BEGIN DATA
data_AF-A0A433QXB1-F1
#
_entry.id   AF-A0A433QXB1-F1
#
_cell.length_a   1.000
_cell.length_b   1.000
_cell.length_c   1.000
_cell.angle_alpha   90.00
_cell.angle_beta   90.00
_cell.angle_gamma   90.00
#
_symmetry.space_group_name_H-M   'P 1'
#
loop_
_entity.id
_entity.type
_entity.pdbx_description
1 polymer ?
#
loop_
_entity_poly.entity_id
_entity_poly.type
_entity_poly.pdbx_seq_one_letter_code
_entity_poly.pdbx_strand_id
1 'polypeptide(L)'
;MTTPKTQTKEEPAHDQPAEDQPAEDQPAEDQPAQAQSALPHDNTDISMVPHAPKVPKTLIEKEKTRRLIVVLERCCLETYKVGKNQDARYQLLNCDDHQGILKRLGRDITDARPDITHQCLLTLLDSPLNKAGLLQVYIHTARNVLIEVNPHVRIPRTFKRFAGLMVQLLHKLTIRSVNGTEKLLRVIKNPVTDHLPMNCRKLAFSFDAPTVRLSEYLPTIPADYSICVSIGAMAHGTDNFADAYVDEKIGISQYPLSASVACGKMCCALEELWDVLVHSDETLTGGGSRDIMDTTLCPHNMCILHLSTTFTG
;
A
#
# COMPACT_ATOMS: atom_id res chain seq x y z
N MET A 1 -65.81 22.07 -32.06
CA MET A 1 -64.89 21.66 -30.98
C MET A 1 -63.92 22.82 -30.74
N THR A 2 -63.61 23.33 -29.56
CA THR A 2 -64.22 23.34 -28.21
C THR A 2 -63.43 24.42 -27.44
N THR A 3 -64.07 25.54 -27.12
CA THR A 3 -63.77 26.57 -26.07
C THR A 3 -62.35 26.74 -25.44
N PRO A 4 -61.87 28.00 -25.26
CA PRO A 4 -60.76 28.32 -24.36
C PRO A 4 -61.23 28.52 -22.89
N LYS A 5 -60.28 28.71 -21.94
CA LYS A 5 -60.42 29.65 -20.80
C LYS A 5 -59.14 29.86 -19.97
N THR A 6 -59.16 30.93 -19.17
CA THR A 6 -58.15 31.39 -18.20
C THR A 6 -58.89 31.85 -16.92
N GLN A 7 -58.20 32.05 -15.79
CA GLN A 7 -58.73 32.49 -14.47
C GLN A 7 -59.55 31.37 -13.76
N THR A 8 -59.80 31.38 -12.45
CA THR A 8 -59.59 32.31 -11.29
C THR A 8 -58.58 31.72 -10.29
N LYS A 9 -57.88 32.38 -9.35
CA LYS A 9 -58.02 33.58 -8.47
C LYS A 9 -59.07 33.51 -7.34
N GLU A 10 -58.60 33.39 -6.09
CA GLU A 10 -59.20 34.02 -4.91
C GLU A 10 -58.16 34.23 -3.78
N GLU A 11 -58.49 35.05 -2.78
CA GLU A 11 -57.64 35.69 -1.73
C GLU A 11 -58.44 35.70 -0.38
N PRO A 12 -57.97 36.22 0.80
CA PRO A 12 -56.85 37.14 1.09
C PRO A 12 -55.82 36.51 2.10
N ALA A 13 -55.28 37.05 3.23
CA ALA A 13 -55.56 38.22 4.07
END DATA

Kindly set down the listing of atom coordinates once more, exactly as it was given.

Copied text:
data_AF-A0A433QXB1-F1
#
_entry.id   AF-A0A433QXB1-F1
#
_cell.length_a   1.000
_cell.length_b   1.000
_cell.length_c   1.000
_cell.angle_alpha   90.00
_cell.angle_beta   90.00
_cell.angle_gamma   90.00
#
_symmetry.space_group_name_H-M   'P 1'
#
loop_
_entity.id
_entity.type
_entity.pdbx_description
1 polymer ?
#
loop_
_entity_poly.entity_id
_entity_poly.type
_entity_poly.pdbx_seq_one_letter_code
_entity_poly.pdbx_strand_id
1 'polypeptide(L)'
;MTTPKTQTKEEPAHDQPAEDQPAEDQPAEDQPAQAQSALPHDNTDISMVPHAPKVPKTLIEKEKTRRLIVVLERCCLETYKVGKNQDARYQLLNCDDHQGILKRLGRDITDARPDITHQCLLTLLDSPLNKAGLLQVYIHTARNVLIEVNPHVRIPRTFKRFAGLMVQLLHKLTIRSVNGTEKLLRVIKNPVTDHLPMNCRKLAFSFDAPTVRLSEYLPTIPADYSICVSIGAMAHGTDNFADAYVDEKIGISQYPLSASVACGKMCCALEELWDVLVHSDETLTGGGSRDIMDTTLCPHNMCILHLSTTFTG
;
A
#
# COMPACT_ATOMS: atom_id res chain seq x y z
N MET A 1 -65.81 22.07 -32.06
CA MET A 1 -64.89 21.66 -30.98
C MET A 1 -63.92 22.82 -30.74
N THR A 2 -63.61 23.33 -29.56
CA THR A 2 -64.22 23.34 -28.21
C THR A 2 -63.43 24.42 -27.44
N THR A 3 -64.07 25.54 -27.12
CA THR A 3 -63.77 26.57 -26.07
C THR A 3 -62.35 26.74 -25.44
N PRO A 4 -61.87 28.00 -25.26
CA PRO A 4 -60.76 28.32 -24.36
C PRO A 4 -61.23 28.52 -22.89
N LYS A 5 -60.28 28.71 -21.94
CA LYS A 5 -60.42 29.65 -20.80
C LYS A 5 -59.14 29.86 -19.97
N THR A 6 -59.16 30.93 -19.17
CA THR A 6 -58.15 31.39 -18.20
C THR A 6 -58.89 31.85 -16.92
N GLN A 7 -58.20 32.05 -15.79
CA GLN A 7 -58.73 32.49 -14.47
C GLN A 7 -59.55 31.37 -13.76
N THR A 8 -59.80 31.38 -12.45
CA THR A 8 -59.59 32.31 -11.29
C THR A 8 -58.58 31.72 -10.29
N LYS A 9 -57.88 32.38 -9.35
CA LYS A 9 -58.02 33.58 -8.47
C LYS A 9 -59.07 33.51 -7.34
N GLU A 10 -58.60 33.39 -6.09
CA GLU A 10 -59.20 34.02 -4.91
C GLU A 10 -58.16 34.23 -3.78
N GLU A 11 -58.49 35.05 -2.78
CA GLU A 11 -57.64 35.69 -1.73
C GLU A 11 -58.44 35.70 -0.38
N PRO A 12 -57.97 36.22 0.80
CA PRO A 12 -56.85 37.14 1.09
C PRO A 12 -55.82 36.51 2.10
N ALA A 13 -55.28 37.05 3.23
CA ALA A 13 -55.56 38.22 4.07